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Drug-induced nail pigment in Adult
See also in: Nail and Distal Digit
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Drug-induced nail pigment in Adult

See also in: Nail and Distal Digit
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Contributors: Shari Lipner MD, PhD, Susan Burgin MD
Other Resources UpToDate PubMed

Synopsis

Nail changes are often associated with treatment with systemic medications. Nail pigment change secondary to drugs can be brown, black, yellow, white, or blue in color. The pigment distribution can be longitudinal, diffuse, or may only affect the lunula. Pigment may be separated by bands of normal pink color. One or several nails may be affected, but usually not all nails. The causative drugs are primarily chemotherapeutic agents, antibiotics, and antimalarials.

Cancer chemotherapeutic agents may result in melanonychia and leukonychia 1-2 months from the start of treatment. Doxorubicin can produce leukonychia and melanonychia within the same nail. Melanonychia is most often due to cyclophosphamide, doxorubicin, and hydroxyurea. Longitudinal bands, diffuse nail pigmentation, and associated skin pigmentation may be seen. The nail changes are due to activation of melanocytes within the nail matrix.

True leukonychia (due to faulty keratinization of the distal nail matrix) may be seen with treatment with antimetabolites including doxorubicin, cyclophosphamide, and vincristine. Apparent leukonychia (due to defects in nail bed blood flow) may also occur with chemotherapy. Some drugs, such as doxorubicin, can cause the occurrence of both leukonychia and melanonychia in the same nail.

Minocycline may occasionally cause abnormal pigmentation of the nails, and may also involve the skin, skin, teeth, mucosa, and sclera. It is thought to occur at cumulative doses greater than 100 g. It typically causes blue-black or slate-gray pigmentation of the proximal nail bed. Psoralen plus UVA (PUVA) therapy may result in longitudinal, transverse, or diffuse melanonychia, more often with 8-methoxypsoralen (8-MOP) than with 5-MOP.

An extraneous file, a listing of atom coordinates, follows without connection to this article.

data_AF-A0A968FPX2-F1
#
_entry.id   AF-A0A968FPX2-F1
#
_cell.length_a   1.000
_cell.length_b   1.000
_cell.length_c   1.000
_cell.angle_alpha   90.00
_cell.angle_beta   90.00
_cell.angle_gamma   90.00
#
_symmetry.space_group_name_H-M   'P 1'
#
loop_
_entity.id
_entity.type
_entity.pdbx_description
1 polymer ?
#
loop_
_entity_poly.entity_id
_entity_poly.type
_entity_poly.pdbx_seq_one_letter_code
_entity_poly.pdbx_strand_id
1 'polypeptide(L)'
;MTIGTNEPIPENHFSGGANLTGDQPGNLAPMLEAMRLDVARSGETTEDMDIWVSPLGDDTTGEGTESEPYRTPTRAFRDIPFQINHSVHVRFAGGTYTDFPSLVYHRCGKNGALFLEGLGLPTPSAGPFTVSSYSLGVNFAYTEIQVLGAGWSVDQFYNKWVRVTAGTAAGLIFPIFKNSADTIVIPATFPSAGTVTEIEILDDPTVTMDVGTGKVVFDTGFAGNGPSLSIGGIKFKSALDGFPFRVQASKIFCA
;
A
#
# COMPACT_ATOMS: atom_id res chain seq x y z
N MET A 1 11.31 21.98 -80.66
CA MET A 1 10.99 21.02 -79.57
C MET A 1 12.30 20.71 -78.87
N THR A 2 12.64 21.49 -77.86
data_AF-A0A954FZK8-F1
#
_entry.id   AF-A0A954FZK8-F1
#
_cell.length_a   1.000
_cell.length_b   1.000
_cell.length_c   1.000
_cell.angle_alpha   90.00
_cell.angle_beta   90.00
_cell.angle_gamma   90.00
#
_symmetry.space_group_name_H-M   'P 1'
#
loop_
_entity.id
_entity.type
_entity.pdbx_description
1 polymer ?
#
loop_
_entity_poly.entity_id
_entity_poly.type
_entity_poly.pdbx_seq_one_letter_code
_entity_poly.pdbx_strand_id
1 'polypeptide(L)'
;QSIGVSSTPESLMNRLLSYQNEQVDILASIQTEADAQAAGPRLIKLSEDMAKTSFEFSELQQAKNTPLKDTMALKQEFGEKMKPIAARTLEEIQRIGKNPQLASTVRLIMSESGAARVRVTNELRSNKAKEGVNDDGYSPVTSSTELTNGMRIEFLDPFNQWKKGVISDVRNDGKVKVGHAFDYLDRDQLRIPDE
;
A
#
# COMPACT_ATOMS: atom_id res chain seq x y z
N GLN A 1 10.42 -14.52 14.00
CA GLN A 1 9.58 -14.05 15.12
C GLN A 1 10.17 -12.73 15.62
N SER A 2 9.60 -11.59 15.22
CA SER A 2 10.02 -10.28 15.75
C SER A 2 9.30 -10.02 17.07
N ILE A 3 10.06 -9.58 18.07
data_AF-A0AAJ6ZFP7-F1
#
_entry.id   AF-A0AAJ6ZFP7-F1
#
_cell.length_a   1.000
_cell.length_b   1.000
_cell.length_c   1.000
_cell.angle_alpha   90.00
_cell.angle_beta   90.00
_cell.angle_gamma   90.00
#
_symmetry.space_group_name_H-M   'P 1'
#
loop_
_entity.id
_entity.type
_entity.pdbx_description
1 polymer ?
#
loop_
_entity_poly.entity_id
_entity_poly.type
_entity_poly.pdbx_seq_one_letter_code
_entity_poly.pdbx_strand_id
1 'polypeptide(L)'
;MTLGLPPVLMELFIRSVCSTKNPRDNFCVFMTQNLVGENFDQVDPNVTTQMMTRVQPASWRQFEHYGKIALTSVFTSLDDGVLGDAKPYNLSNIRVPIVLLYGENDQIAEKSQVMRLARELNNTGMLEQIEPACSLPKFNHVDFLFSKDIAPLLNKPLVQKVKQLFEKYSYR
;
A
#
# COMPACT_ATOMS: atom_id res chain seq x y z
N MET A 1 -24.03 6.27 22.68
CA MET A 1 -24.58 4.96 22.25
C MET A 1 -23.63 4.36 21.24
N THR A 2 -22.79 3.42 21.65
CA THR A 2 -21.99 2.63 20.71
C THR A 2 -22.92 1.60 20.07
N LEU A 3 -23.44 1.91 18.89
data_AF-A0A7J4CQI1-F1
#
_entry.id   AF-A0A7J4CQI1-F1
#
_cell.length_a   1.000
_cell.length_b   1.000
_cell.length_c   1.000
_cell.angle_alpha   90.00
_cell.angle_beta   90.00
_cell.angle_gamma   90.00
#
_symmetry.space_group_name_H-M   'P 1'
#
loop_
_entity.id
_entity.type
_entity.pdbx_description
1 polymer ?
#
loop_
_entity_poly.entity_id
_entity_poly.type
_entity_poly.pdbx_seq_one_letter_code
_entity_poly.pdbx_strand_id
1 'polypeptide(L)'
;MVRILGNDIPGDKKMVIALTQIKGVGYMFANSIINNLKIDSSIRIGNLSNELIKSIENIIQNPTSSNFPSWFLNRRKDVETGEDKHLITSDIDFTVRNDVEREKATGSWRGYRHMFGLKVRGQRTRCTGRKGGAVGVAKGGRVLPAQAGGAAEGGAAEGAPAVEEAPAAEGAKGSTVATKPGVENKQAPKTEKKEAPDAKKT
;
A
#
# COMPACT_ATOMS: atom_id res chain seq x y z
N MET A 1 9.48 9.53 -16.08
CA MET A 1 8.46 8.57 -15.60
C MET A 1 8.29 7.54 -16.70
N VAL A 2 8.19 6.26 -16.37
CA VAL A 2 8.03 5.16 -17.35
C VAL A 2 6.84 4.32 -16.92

Azidothymidine (AZT) may cause a number of different patterns of nail pigmentation including bluish-to-brown, diffuse nail discoloration, transverse or longitudinal banding, and a faint blue pigmentation of the lunulae.

Related topics: Longitudinal melanonychia, Leukonychia, Minocycline drug-induced pigmentation

Codes

ICD10CM:
T50.995A – Adverse effect of other drugs, medicaments and biological substances, initial encounter

SNOMEDCT:
110284009 – Drug-induced pigmentation

Look For

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Diagnostic Pearls

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Differential Diagnosis & Pitfalls

Biopsy and fungal culture may need to be performed to establish diagnosis.

Best Tests

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Management Pearls

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Therapy

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Drug Reaction Data

Below is a list of drugs with literature evidence indicating an adverse association with this diagnosis. The list is continually updated through ongoing research and new medication approvals. Click on Citations to sort by number of citations or click on Medication to sort the medications alphabetically.

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References

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Last Reviewed: 05/25/2018
Last Updated: 05/25/2018
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Drug-induced nail pigment in Adult
See also in: Nail and Distal Digit
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Drug-induced nail pigment : Fingernails, Nail color change, Toenails
Clinical image of Drug-induced nail pigment
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